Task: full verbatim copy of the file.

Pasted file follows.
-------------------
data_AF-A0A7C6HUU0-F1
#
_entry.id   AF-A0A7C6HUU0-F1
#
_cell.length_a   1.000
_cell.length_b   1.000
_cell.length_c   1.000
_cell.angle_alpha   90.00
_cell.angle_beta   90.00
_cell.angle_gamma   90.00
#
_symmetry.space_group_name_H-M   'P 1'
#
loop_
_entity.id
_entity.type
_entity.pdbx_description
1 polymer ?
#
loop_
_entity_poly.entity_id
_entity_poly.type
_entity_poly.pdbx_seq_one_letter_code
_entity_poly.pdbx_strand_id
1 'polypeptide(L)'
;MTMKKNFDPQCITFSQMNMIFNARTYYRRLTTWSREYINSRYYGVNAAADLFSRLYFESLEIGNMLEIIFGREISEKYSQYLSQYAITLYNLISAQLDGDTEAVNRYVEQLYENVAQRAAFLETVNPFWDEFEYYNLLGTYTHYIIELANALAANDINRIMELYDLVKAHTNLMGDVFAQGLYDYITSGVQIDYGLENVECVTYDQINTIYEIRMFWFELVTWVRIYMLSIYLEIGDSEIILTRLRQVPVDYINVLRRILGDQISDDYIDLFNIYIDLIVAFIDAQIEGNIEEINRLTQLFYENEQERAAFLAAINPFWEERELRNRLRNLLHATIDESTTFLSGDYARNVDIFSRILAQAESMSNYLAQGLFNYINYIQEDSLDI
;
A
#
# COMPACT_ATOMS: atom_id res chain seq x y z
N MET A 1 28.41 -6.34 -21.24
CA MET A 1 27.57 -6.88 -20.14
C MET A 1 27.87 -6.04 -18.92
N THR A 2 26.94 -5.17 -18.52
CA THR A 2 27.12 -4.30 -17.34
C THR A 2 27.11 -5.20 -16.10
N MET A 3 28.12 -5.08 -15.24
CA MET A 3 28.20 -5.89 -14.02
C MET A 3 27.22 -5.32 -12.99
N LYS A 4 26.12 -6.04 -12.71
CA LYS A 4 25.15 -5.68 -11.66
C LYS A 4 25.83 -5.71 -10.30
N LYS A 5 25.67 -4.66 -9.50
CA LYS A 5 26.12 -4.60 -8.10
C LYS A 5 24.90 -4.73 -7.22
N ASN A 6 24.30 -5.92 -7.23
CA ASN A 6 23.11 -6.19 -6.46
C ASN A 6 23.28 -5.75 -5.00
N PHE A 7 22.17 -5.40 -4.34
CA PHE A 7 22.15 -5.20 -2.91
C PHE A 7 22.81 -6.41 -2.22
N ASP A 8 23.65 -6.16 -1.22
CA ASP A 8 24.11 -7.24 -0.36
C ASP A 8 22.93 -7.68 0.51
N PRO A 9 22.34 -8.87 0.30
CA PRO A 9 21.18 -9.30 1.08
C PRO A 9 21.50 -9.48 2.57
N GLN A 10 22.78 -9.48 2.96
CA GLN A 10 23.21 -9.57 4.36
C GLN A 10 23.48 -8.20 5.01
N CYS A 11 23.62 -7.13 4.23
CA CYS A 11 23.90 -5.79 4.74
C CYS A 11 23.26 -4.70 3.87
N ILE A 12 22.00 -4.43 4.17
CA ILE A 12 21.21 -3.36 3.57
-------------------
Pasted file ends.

data_AF-A0A7C6HUU0-F1
#
_entry.id   AF-A0A7C6HUU0-F1
#
_cell.length_a   1.000
_cell.length_b   1.000
_cell.length_c   1.000
_cell.angle_alpha   90.00
_cell.angle_beta   90.00
_cell.angle_gamma   90.00
#
_symmetry.space_group_name_H-M   'P 1'
#
loop_
_entity.id
_entity.type
_entity.pdbx_description
1 polymer ?
#
loop_
_entity_poly.entity_id
_entity_poly.type
_entity_poly.pdbx_seq_one_letter_code
_entity_poly.pdbx_strand_id
1 'polypeptide(L)'
;MTMKKNFDPQCITFSQMNMIFNARTYYRRLTTWSREYINSRYYGVNAAADLFSRLYFESLEIGNMLEIIFGREISEKYSQYLSQYAITLYNLISAQLDGDTEAVNRYVEQLYENVAQRAAFLETVNPFWDEFEYYNLLGTYTHYIIELANALAANDINRIMELYDLVKAHTNLMGDVFAQGLYDYITSGVQIDYGLENVECVTYDQINTIYEIRMFWFELVTWVRIYMLSIYLEIGDSEIILTRLRQVPVDYINVLRRILGDQISDDYIDLFNIYIDLIVAFIDAQIEGNIEEINRLTQLFYENEQERAAFLAAINPFWEERELRNRLRNLLHATIDESTTFLSGDYARNVDIFSRILAQAESMSNYLAQGLFNYINYIQEDSLDI
;
A
#
# COMPACT_ATOMS: atom_id res chain seq x y z
N MET A 1 28.41 -6.34 -21.24
CA MET A 1 27.57 -6.88 -20.14
C MET A 1 27.87 -6.04 -18.92
N THR A 2 26.94 -5.17 -18.52
CA THR A 2 27.12 -4.30 -17.34
C THR A 2 27.11 -5.20 -16.10
N MET A 3 28.12 -5.08 -15.24
CA MET A 3 28.20 -5.89 -14.02
C MET A 3 27.22 -5.32 -12.99
N LYS A 4 26.12 -6.04 -12.71
CA LYS A 4 25.15 -5.68 -11.66
C LYS A 4 25.83 -5.71 -10.30
N LYS A 5 25.67 -4.66 -9.50
CA LYS A 5 26.12 -4.60 -8.10
C LYS A 5 24.90 -4.73 -7.22
N ASN A 6 24.30 -5.92 -7.23
CA ASN A 6 23.11 -6.19 -6.46
C ASN A 6 23.28 -5.75 -5.00
N PHE A 7 22.17 -5.40 -4.34
CA PHE A 7 22.15 -5.20 -2.91
C PHE A 7 22.81 -6.41 -2.22
N ASP A 8 23.65 -6.16 -1.22
CA ASP A 8 24.11 -7.24 -0.36
C ASP A 8 22.93 -7.68 0.51
N PRO A 9 22.34 -8.87 0.30
CA PRO A 9 21.18 -9.30 1.08
C PRO A 9 21.50 -9.48 2.57
N GLN A 10 22.78 -9.48 2.96
CA GLN A 10 23.21 -9.57 4.36
C GLN A 10 23.48 -8.20 5.01
N CYS A 11 23.62 -7.13 4.23
CA CYS A 11 23.90 -5.79 4.74
C CYS A 11 23.26 -4.70 3.87
N ILE A 12 22.00 -4.43 4.17
CA ILE A 12 21.21 -3.36 3.57